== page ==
Super-Relatable for Runners of All Racing Stripes: ‘Brittany Runs a Marathon’ Review

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CREDIT: Amazon Studios

Starring: Jillian Bell, Utkarsh Ambudkar, Michaela Watkins, Micah Stock, Lil Rel Howery, Alice Lee

Director: Paul Downs Colaizzo

Running Time: 103 Minutes

Rating: R for Some Fun and Sexy Times in Between the Marathon Training

Release Date: August 23, 2019 (Limited)

Brittany Forgler (Jillian Bell) has never been much of a fan of exercise, but somehow she finds herself training for the New York City Marathon mere months after she first takes up running. I’ve been running since I was in sixth grade, and my current goal is to complete the 2020 New York City Marathon. Our origins are very different, and yet we are one and the same.

Brittany Runs a Marathon understands certain core tenets about running, particularly that no matter how in shape or out of shape of you, the next challenge is always daunting. And no matter how much running becomes a part of your routine, the next run still feel sublime. That’s important, as it makes up for the fact that much of the non-running moments of this movie are kind of soul-crushing. As we watch Brittany make her way through the gig economy and deal with roommate issues and learn how to be an adult who regularly visits the doctor, we mostly get a cinematic effort that’s about at the level of a dimly sitcom, or a dramedy of malaise, or what have you. But when Brittany conquers the huffing and the puffing and the indiscriminate sweat as she makes her way through the five boroughs, a bit of transcendence manages to sneak up on us.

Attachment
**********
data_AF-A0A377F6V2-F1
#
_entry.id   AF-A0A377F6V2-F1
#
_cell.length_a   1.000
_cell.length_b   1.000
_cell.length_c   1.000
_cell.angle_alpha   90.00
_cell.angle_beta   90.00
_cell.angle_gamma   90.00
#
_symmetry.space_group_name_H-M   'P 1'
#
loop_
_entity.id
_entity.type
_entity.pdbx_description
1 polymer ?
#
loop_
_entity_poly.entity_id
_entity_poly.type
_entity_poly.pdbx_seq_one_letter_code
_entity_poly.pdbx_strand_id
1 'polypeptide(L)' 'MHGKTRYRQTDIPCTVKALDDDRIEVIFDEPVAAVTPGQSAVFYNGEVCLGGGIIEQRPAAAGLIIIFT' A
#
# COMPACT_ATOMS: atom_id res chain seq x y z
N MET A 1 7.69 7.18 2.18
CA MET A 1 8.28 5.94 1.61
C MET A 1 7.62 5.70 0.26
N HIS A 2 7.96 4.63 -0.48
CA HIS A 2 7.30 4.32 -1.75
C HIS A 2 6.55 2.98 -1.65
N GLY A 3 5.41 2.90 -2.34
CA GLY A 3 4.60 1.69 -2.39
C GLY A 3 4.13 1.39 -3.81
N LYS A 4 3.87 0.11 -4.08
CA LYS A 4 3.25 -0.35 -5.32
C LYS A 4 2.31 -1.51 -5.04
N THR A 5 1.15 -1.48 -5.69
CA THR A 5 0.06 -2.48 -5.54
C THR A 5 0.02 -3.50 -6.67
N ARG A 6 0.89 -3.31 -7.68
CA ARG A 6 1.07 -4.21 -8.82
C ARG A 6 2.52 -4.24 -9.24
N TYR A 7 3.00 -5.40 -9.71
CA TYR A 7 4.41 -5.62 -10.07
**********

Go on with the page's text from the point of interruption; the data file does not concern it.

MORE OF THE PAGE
Brittany Runs a Marathon is Recommended If You Like: Cheering on runners of all skill levels

Grade: 3 out of 5 Sweat Patches

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Foreign Language Film Review Corner: ‘Tigers Are Not Afraid’

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CREDIT: Shudder/YouTube Screenshot

Starring: Paola Lara, Juan Ramón López, Hanssel Casillas

Director: Issa López

Running Time: 83 Minutes

Rating: Unrated (I’d Peg it at a PG-13 for Violence That’s Not Too Graphic)

Release Date: August 21, 2019 (New York)/August 23, 2019 (Los Angeles and Toronto)

After her mother is murdered, little Estrella (Paola Lara) joins up with a group of boys as they run through the streets of Mexico to avoid the clutches of the local drug cartel. Also hot on Estrella’s tail is a streak of blood that runs along the floor and up the wall whenever she is stuck in a corner. It turns out that the ever-present threat of drug violence is paired with a mysterious supernatural presence that is more existentially unnerving than it is especially deadly. From my vantage point, that otherworldliness weirdly seemed like a small bit of comfort for Estrella. A dark fantasy world is suitably spooky when a child’s base reality is safe and secure, but when normal is filled with angry, gun-toting adults, the fantasy is the realm of security.